Some people might object to pitting the Tudor Pelagos against the Breitling Superocean. After all, Breitling is known for its aviator watches, and was later to the dive watch scene. (“Late” here is a relative term, as the Superocean has been around since 1957.) The Tudor Pelagos, on the other hand, is an amalgam of several Hans Wildorf dive watches created by Rolex. The Tudor Pelagos’ design DNA can be traced back to Submariners made in the late ‘60s and early ‘70s. Both were designed to be a rugged tool watch with striking looks. Let’s see how they stack up.
In One Corner: The Tudor Pelagos
There’s a lot to love about the Pelagos, so let’s review the top components that make it a contender for the title of best dive watch. First, there’s the integrated 42mm case, made of grade 2 titanium. We like the use of lightweight, super-strong titanium with a sleek brushed finish that transitions effortlessly from work to play. The matte black dial with square indices perfectly complements the signature snowflake hands. Some collectors love the powerful Chromalight lume on the Tudor Pelagos, including the rare lumed bezel. The ceramic bezel has gained a vocal fan club for its super smooth action.
Underneath the dial there’s a lot of power. In fact, one of the things we love most about the Pelagos is hidden from view. The proprietary, in-house MT5612 movement uses a silicon balance spring, a material we love for its accuracy and its durability. The MT5612 movement is also fully COSC-certified with an impressive power reserve of 70 hours. The Tudor Pelagos is depth-rated to 500 meters, and includes a helium escape valve so that it can be used for saturation diving.It’s placed on a titanium bracelet with an auto-adjustable spring mechanism that reacts intuitively to changes in depth and pressure.
In Another Corner: The Breitling Superocean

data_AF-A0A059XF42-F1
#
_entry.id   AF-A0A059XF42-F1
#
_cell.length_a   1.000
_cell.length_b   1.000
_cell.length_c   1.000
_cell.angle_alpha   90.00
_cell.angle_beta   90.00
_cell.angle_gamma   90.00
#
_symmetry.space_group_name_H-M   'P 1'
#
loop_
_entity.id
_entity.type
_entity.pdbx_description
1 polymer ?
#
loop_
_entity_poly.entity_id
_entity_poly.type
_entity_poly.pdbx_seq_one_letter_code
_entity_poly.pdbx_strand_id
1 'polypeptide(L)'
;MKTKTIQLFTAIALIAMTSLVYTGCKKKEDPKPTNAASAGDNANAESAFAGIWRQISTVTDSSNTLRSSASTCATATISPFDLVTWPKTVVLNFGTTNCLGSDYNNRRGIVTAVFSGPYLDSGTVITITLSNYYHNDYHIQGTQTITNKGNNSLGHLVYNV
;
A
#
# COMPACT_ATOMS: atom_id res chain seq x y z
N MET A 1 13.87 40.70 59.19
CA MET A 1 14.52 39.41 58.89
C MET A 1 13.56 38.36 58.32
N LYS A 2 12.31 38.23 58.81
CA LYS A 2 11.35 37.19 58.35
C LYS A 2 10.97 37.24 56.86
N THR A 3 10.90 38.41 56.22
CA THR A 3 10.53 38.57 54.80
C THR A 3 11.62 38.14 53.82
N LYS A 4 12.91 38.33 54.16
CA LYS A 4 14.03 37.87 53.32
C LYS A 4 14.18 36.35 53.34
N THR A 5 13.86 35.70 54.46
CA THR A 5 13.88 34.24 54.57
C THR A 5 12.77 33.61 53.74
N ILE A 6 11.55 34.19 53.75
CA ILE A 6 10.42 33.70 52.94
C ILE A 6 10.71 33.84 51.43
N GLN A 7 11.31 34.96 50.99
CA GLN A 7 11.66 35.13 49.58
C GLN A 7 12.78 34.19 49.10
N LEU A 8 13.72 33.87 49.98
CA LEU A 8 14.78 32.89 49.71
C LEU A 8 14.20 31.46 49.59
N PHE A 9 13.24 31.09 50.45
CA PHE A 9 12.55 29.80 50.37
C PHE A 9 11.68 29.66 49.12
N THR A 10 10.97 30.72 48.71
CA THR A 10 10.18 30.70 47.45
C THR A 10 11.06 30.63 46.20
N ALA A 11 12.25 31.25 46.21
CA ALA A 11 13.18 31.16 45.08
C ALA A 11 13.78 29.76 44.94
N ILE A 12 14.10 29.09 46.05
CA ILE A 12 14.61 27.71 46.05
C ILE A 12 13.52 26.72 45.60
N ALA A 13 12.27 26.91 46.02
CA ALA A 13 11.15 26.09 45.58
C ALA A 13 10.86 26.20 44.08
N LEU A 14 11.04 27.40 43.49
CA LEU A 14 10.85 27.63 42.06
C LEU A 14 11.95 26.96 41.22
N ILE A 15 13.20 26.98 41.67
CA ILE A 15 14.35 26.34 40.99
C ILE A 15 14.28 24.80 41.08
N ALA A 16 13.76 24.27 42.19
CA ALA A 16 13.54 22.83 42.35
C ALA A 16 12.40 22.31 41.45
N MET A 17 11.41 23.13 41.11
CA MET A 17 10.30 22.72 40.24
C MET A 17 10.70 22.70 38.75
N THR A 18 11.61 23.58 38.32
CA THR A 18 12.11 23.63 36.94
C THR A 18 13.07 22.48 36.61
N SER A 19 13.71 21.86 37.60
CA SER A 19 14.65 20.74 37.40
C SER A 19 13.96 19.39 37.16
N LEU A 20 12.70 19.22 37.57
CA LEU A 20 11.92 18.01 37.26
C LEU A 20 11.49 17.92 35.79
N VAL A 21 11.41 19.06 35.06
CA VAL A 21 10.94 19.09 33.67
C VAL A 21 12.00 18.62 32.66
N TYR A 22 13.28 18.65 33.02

The Superocean floated onto our radar again with the 2019 redesign which reimagined the dial, making it more legible and sleek. These changes made it a serious contender for a highly collectable modern dive watch. It’s available in a wide variety of case sizes, from 36 mm to 48 mm. This makes it a versatile option for differing wrist sizes, which the Pelagos can’t offer. The 44 mm case boasts 1,000 meter water resistance, double that of the Pelagos, but it doesn’t include a helium escape valve to protect the sapphire crystal. Inside the case, the Superocean features the Breitling 17 movement, a slightly altered ETA 2825, with a much lower 38 hour power reserve. Both watches are available at a sub-5k price point, but it’s worth noting that the Breitling Superocean is $450 cheaper, a significant percentage when nearly all of your disposable income goes towards your watch collection.
The Winner: The Tudor Pelagos
In the end, you can’t beat the high-end materials, design, and movement specs on the Tudor Pelagos, which is ultimately what pushes the Pelagos over the finish line. It utilizes the very best modern materials to innovate and improve a classic dive watch, bringing it up to the next level. We’ve shared our love of the underrated Pelagos before… and we’re just going to keep promoting it until it sells as well as the beloved Black Bay 58. Ok, we’re realistic: sales of the Pelagos are never going to match the BB58, but we’ll continue to sing its praises as an underappreciated dive watch for the discerning collector.
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